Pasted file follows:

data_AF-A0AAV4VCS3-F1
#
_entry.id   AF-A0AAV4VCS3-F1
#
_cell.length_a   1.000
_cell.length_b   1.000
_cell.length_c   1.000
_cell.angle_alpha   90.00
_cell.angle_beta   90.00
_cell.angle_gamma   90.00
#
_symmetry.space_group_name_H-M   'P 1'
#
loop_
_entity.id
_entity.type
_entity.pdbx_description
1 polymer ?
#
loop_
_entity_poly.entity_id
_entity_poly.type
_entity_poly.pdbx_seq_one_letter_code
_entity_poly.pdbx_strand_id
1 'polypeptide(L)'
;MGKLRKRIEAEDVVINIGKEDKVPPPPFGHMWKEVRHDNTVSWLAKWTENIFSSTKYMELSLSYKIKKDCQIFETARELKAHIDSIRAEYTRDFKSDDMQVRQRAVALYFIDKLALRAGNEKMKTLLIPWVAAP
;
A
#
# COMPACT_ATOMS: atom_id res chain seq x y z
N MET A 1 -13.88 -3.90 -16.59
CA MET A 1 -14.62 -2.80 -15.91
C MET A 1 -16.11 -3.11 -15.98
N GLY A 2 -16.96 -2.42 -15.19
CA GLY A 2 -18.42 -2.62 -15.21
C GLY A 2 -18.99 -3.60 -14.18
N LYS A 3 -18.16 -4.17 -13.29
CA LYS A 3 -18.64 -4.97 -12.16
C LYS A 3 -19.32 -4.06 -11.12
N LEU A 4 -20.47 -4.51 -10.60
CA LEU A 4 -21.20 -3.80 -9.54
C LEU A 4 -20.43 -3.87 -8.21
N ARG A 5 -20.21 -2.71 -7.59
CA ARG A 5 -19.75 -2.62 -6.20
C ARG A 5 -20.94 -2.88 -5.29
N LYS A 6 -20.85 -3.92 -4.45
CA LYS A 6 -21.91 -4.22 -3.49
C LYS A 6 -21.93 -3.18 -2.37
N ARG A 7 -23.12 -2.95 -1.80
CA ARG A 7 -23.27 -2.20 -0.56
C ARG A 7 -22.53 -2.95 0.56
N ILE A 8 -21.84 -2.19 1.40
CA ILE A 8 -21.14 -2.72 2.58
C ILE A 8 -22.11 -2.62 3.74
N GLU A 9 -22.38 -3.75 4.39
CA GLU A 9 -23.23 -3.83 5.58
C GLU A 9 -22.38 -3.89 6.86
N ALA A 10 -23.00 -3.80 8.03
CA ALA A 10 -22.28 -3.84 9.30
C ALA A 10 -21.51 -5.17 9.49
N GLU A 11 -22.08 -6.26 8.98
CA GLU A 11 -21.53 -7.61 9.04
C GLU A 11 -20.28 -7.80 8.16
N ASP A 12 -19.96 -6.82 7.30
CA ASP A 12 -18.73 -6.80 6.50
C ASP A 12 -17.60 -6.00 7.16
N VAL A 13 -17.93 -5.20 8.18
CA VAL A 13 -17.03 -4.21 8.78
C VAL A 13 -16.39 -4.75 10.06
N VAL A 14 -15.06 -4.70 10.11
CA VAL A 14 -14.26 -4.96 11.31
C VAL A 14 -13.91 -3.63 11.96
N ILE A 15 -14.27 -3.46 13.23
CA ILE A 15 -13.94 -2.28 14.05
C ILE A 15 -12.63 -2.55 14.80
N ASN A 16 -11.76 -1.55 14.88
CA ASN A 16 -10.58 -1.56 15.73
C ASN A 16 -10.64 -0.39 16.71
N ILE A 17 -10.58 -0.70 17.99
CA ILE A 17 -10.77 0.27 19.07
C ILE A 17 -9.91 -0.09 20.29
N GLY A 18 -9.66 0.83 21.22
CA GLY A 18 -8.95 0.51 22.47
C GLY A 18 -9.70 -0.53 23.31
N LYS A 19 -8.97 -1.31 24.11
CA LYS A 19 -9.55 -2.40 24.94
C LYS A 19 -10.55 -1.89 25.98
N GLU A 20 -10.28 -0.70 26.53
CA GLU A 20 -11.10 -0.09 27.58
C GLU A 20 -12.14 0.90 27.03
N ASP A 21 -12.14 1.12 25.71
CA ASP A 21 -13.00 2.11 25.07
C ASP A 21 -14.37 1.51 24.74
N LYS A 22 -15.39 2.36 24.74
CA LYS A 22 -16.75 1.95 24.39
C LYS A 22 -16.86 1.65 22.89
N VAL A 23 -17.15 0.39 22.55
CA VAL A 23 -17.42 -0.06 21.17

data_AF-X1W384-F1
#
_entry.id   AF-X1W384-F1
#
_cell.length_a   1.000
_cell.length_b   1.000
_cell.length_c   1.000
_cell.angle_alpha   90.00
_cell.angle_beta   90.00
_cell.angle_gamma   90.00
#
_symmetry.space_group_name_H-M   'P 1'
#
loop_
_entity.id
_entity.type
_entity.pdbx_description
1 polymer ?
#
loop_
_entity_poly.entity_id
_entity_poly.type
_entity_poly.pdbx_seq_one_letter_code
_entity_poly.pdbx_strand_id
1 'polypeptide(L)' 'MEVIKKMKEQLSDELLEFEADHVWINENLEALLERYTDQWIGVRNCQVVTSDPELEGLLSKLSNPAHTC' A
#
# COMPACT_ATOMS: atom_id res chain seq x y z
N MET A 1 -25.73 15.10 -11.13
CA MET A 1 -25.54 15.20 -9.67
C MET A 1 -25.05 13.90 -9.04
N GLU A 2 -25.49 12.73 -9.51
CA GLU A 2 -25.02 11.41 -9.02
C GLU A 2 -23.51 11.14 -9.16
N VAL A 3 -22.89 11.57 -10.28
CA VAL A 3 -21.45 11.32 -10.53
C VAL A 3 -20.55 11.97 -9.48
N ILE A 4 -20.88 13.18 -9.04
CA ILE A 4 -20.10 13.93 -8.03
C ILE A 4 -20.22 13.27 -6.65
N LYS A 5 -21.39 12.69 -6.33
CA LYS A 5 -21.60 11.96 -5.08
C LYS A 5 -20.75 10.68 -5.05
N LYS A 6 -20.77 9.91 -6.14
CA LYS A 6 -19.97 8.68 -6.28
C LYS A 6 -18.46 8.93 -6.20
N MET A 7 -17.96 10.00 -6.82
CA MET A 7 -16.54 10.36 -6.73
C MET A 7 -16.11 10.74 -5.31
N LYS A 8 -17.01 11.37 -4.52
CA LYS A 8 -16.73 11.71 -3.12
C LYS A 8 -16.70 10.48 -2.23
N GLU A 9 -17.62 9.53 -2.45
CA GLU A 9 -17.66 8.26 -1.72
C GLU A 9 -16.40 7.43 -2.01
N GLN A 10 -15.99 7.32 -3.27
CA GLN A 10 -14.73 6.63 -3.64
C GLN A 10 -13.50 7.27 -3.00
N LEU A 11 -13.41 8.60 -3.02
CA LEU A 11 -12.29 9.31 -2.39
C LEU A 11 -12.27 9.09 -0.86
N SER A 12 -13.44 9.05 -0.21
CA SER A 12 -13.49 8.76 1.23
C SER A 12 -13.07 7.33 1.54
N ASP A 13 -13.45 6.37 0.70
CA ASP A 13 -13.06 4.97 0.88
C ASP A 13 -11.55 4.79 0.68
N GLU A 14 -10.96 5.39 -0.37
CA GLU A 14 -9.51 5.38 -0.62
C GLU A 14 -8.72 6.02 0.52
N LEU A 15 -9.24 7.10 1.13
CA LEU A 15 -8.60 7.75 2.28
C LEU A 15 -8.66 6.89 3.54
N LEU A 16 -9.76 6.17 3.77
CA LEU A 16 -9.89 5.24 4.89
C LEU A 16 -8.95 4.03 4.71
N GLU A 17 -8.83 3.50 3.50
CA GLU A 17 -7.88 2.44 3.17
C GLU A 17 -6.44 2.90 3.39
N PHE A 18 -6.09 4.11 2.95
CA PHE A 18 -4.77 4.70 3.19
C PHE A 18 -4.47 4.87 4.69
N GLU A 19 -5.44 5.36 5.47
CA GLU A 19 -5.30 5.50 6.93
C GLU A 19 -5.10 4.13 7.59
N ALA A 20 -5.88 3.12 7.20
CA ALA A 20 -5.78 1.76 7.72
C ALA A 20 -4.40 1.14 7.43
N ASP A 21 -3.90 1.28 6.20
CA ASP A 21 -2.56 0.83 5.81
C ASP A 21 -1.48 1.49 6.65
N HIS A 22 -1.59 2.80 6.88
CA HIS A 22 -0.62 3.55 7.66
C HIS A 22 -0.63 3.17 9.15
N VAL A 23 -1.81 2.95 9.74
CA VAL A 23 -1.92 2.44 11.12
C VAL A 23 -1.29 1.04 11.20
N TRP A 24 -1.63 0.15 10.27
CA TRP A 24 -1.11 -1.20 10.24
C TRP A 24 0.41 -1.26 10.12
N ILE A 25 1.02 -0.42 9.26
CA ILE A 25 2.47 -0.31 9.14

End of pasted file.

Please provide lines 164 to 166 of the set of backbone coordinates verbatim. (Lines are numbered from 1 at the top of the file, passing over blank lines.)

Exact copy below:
C ASP A 13 -11.55 4.79 0.68
N GLU A 14 -10.96 5.39 -0.37
CA GLU A 14 -9.51 5.38 -0.62